By Cindy Schroeder
The Cincinnati Enquirer
COLD SPRING - Unwanted solicitors could soon face fines if they approach residents listed on this Campbell County city's new "no-knock" list.
Mayor Mark Stoeber said the law takes effect by mid-March.
Similar to "no-call" lists for telemarketers, a no-knock list provides door-to-door solicitors with addresses of people who don't want salespeople coming to their door. Residents in this city of 3,806 can sign up for Cold Spring's list at the city building on East Alexandria Pike. Once the law takes effect, residents also can pick up a special "no-knock" sticker for their front door or window.
Cold Spring City Council joined a growing number of communities Monday when its members voted 5 - 1 to approve a no-knock law.
The law is modeled after one in Villa Hills. Since Villa Hills' law took effect on Nov. 1, 170 people have signed up. So far, no one has been cited.
Under Cold Spring's law, offenders face a $50 fine for the first offense and a $100 fine for each subsequent offense, City Attorney Brandon Voelker said.
Some people began calling city officials to get on the list even before council approved it.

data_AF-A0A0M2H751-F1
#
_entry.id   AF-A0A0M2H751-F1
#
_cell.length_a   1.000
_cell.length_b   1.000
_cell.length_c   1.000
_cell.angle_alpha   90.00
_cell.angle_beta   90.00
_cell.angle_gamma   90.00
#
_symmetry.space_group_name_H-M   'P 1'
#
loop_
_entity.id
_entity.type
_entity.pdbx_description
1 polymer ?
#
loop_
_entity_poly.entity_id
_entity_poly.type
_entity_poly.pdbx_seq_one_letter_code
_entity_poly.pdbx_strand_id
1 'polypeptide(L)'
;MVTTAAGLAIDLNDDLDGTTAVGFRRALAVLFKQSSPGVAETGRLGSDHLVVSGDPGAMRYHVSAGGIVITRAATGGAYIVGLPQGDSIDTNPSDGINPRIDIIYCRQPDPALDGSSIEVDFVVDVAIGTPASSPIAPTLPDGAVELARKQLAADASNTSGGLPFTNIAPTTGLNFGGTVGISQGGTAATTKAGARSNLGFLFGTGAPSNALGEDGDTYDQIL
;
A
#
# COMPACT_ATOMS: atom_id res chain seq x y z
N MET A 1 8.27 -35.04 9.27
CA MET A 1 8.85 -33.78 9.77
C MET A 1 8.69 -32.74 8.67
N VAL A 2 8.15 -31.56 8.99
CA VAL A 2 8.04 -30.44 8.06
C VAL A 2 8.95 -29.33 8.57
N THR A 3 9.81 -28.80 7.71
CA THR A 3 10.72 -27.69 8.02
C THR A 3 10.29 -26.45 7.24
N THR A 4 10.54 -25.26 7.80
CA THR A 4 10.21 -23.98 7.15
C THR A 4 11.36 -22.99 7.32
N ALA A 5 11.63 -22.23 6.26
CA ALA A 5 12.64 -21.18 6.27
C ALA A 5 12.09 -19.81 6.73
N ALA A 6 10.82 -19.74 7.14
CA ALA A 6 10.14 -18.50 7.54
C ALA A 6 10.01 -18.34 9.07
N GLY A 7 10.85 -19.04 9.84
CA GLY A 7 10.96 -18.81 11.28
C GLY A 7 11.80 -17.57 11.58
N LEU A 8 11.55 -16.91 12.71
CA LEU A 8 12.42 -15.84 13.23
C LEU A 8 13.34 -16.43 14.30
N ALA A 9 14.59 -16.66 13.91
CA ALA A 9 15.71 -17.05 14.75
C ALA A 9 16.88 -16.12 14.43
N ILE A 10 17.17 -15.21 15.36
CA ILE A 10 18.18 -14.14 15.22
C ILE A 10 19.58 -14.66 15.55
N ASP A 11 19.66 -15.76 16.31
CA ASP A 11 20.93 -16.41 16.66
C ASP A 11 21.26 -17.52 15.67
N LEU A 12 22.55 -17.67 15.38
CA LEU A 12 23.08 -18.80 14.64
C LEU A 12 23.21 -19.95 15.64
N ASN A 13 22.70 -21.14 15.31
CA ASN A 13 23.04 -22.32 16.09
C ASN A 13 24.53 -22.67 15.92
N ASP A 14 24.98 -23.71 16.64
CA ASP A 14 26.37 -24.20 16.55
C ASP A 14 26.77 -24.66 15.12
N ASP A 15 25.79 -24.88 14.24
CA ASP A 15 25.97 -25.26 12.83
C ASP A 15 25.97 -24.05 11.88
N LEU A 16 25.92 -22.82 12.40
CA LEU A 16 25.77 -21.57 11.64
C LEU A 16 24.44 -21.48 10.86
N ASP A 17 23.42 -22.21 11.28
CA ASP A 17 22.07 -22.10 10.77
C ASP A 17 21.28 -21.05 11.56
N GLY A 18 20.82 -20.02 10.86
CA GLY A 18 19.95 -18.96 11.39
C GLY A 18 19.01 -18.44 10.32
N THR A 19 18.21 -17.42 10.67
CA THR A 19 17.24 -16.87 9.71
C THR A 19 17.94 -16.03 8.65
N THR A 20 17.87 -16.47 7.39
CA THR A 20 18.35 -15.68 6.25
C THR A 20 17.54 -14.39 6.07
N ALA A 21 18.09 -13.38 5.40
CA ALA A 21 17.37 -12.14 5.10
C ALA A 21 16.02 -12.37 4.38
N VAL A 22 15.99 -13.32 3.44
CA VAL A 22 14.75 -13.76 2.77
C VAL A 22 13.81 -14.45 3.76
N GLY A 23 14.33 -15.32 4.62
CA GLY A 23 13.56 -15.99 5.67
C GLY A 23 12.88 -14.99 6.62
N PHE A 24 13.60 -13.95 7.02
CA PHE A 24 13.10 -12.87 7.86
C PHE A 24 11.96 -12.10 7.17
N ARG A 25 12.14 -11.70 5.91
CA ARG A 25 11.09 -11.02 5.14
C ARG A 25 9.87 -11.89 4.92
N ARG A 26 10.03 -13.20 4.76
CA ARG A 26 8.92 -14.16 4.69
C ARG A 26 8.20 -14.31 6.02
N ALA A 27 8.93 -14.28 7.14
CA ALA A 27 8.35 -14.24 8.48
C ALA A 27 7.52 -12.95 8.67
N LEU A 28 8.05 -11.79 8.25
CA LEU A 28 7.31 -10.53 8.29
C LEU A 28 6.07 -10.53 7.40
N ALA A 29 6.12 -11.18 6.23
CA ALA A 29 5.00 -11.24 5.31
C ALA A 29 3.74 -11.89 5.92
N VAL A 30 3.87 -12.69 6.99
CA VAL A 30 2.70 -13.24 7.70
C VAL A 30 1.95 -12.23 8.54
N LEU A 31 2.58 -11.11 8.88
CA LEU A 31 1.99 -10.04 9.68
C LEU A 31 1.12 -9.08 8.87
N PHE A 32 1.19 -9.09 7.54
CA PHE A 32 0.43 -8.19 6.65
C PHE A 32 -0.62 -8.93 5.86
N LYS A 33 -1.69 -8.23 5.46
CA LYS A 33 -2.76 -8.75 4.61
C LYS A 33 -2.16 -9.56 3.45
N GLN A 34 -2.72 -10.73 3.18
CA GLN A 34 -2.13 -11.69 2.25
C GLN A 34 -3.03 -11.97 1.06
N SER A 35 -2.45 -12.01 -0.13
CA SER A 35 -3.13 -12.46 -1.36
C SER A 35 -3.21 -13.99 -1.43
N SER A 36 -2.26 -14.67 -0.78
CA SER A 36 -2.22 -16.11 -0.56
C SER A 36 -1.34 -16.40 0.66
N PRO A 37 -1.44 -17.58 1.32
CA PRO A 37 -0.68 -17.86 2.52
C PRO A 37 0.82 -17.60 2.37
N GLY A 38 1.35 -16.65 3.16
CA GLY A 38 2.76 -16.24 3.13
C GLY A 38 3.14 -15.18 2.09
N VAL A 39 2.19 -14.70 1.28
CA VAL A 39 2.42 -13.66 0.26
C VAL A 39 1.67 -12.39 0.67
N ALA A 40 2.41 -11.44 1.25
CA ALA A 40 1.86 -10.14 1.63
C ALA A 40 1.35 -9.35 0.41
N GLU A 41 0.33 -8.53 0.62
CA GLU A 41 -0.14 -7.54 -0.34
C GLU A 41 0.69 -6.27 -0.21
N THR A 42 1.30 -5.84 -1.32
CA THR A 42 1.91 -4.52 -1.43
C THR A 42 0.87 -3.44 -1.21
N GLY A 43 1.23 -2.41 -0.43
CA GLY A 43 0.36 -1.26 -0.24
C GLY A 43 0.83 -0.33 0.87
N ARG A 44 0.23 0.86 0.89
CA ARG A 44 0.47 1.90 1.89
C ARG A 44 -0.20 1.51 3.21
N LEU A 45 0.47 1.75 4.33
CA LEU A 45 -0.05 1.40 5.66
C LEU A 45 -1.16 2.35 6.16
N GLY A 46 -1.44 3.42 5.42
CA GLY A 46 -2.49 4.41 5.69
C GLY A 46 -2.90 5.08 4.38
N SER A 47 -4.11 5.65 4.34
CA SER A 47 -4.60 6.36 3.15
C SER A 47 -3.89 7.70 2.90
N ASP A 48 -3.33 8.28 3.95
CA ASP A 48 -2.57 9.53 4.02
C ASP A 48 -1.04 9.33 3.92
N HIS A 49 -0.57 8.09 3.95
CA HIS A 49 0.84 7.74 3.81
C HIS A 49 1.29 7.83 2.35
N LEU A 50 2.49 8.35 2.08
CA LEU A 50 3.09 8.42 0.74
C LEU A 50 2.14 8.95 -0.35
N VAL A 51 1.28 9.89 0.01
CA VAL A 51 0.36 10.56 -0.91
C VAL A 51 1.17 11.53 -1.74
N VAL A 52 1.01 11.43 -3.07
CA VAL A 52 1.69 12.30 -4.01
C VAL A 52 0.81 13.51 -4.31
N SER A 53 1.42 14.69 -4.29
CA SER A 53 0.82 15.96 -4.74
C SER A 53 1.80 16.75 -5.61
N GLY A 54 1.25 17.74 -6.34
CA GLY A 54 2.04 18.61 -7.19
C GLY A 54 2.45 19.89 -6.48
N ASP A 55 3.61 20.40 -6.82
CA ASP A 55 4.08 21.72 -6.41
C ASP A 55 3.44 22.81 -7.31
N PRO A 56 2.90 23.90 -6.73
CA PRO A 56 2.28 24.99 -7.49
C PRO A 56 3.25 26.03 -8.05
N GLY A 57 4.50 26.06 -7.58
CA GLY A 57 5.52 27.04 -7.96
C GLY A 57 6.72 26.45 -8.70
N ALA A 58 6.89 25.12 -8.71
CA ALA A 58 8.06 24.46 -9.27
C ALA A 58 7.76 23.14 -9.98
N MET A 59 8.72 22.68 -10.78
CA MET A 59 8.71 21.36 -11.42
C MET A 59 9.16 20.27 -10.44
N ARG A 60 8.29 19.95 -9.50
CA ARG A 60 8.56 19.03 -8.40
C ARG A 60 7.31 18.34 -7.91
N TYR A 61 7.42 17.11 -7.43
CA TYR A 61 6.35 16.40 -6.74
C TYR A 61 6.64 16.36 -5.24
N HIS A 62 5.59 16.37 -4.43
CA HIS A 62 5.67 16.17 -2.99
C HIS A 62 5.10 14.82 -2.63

"I think the calls we've had in the past have generally been from older people who are afraid to open their door to strangers," said Cold Spring City Clerk Carole Huber.
Voelker and Cold Spring Council Member Lou Gerding suggested a no-knock law after reading about Villa Hills' legislation. That Kenton County city took the idea from Erlanger.
Northern Kentucky supporters of no-knock laws have said they're responding to residents' concerns about solicitors who drop vanloads of young adults in communities to sell magazines or cleaning solutions.
Individuals and groups who register to sell door-to-door in Cold Spring will be told about the law," Stoeber said.
Because of free-speech rights, the law cannot apply to religious groups or politicians.
Although groups such as the Boy Scouts and Girl Scouts legally cannot be exempted from "no-knock" laws, Stoeber said Cold Spring police won't react unless they first get a complaint.
Vaccine testing short of subjects
Changes for jurors proposed
Symphony likely to raise prices
Work goes on amid turmoil
IN THE TRISTATE
Torso identified; detectives comb sites
Possible funding found for Brent Spence Bridge
Bus riders protest cuts
Thanks poured out
Mason council OKs raise
Overture Awards finalists hit the stage on Saturday
Public safety briefs
Montessori method on display for parents
Summit brings in new team, fires architect
Man, 21, cited as teen's alcohol source
Korte: Reform ideas might not fly with council
Democratic commission candidate still unclear
Good Things Happening
Louie Cox, 69, NAACP leader
Sr. Alfreda Alexander, 91, chemistry professor
Defibrillators donated to baseball league
Residents object to new homes
Flea market puts end to smoking
'Seabiscuit' study comes to life as kids visit track
Cold Spring no-knock law starts next month
Kenton weighs tax for medics
Old nickname inspires new park's moniker
N. Kentucky news briefs